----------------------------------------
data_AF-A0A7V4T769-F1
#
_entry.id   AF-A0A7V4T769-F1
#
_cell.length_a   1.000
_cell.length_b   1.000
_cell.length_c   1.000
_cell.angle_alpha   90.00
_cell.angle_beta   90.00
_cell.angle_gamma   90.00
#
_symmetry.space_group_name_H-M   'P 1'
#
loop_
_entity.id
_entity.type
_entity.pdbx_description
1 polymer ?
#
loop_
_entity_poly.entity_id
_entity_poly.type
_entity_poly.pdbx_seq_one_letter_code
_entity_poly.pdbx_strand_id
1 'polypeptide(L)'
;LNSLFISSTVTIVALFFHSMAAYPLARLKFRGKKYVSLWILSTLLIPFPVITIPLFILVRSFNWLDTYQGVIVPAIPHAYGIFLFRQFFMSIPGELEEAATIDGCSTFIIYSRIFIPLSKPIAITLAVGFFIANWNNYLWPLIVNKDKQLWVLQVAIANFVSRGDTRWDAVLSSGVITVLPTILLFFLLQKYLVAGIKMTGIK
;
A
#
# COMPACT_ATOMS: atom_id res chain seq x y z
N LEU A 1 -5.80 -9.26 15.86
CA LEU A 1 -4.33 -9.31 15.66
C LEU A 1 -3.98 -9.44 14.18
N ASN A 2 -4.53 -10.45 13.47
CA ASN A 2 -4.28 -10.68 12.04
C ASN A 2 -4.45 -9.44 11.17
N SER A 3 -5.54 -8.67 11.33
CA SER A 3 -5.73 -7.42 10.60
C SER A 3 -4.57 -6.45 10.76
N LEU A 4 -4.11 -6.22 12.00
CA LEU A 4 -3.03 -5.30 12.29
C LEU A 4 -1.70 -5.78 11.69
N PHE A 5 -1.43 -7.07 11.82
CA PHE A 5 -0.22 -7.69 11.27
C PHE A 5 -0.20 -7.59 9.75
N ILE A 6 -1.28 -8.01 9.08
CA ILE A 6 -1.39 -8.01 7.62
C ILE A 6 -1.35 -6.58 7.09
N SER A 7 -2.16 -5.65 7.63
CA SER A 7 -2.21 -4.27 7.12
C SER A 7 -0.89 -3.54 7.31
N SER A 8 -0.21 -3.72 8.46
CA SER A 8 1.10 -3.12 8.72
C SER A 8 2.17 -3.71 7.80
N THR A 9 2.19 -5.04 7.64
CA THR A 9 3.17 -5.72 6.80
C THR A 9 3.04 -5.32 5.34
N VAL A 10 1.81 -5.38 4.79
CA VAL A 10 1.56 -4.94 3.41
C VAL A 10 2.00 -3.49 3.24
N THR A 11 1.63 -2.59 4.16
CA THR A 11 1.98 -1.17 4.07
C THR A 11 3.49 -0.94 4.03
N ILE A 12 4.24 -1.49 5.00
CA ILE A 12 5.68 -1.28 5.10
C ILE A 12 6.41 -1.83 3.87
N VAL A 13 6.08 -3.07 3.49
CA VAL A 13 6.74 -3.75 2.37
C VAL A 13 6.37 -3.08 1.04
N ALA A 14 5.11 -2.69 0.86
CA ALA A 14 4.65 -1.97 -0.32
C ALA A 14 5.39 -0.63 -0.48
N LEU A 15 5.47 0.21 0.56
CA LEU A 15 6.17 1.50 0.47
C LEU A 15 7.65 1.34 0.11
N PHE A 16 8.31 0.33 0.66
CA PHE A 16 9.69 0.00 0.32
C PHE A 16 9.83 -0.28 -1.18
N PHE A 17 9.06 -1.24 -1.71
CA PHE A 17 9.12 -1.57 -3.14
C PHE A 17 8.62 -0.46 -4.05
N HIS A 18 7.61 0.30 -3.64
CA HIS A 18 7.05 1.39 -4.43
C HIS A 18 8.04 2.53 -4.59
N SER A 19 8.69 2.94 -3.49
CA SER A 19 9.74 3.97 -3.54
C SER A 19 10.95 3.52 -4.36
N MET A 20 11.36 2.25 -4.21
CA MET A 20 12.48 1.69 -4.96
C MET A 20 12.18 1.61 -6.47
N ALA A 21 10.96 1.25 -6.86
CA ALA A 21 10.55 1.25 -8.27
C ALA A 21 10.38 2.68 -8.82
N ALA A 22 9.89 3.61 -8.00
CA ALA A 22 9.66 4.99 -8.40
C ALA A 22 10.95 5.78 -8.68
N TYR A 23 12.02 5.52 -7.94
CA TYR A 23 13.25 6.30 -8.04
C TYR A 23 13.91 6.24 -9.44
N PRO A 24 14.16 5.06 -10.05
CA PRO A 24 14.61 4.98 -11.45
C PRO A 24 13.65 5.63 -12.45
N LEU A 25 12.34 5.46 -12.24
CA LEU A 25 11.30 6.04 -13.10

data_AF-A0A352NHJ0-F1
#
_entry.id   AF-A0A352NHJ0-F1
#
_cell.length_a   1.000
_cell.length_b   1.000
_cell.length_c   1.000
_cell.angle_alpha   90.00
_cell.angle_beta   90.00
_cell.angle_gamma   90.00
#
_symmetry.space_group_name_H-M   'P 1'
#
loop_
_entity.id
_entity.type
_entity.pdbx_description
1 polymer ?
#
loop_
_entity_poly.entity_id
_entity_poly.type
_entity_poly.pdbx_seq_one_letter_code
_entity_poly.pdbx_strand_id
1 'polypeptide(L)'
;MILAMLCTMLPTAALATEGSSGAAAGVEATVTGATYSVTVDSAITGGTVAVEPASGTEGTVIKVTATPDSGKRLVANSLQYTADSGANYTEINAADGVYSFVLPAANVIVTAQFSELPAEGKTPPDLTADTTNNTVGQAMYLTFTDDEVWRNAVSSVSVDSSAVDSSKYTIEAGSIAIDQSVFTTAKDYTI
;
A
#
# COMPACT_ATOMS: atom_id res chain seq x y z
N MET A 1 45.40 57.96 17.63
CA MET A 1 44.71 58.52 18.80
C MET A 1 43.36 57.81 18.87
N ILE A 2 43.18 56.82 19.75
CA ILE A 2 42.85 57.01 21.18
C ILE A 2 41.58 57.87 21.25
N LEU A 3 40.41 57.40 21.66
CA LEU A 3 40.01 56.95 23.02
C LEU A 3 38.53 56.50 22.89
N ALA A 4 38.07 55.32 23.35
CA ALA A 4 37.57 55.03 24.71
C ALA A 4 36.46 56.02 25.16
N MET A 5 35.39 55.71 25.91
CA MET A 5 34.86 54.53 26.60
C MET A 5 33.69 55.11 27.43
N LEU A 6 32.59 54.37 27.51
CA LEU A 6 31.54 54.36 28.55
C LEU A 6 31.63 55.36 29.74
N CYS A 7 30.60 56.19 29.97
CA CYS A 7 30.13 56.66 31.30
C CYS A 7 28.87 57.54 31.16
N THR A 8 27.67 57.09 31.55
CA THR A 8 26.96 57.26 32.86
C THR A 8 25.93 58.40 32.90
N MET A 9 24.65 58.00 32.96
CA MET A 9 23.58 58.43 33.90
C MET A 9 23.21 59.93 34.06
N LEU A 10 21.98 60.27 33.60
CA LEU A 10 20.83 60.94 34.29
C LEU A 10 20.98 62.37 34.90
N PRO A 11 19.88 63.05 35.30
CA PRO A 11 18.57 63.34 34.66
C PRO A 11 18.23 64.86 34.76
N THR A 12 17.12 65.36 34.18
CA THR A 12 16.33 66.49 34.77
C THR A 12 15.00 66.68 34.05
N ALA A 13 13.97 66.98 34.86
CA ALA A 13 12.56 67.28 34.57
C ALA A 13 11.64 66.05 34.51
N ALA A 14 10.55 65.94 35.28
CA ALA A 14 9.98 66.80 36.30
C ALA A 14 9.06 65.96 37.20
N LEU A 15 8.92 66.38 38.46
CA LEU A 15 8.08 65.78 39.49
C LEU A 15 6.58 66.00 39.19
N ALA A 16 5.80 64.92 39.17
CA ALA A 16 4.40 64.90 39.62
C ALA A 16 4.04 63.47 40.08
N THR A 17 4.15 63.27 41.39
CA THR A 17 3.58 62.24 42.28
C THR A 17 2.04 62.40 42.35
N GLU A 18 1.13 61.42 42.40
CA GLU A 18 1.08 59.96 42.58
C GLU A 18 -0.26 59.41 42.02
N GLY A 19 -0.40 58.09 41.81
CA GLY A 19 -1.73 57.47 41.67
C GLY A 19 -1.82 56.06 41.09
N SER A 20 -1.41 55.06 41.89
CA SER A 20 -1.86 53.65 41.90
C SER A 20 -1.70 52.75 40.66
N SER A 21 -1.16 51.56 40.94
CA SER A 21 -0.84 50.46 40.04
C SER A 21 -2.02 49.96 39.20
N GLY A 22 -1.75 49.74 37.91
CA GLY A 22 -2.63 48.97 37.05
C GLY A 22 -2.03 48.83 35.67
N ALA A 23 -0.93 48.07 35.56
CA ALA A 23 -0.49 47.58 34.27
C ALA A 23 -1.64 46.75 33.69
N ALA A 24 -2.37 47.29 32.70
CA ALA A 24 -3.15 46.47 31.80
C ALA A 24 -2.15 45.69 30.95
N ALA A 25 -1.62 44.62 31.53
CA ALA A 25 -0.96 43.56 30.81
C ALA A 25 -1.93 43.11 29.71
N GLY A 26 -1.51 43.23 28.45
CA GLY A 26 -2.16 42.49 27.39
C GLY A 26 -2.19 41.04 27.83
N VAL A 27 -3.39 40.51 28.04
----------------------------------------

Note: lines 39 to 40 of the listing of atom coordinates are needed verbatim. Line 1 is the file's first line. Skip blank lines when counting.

C SER A 3 -4.57 -6.45 10.76
N LEU A 4 -4.11 -6.22 12.00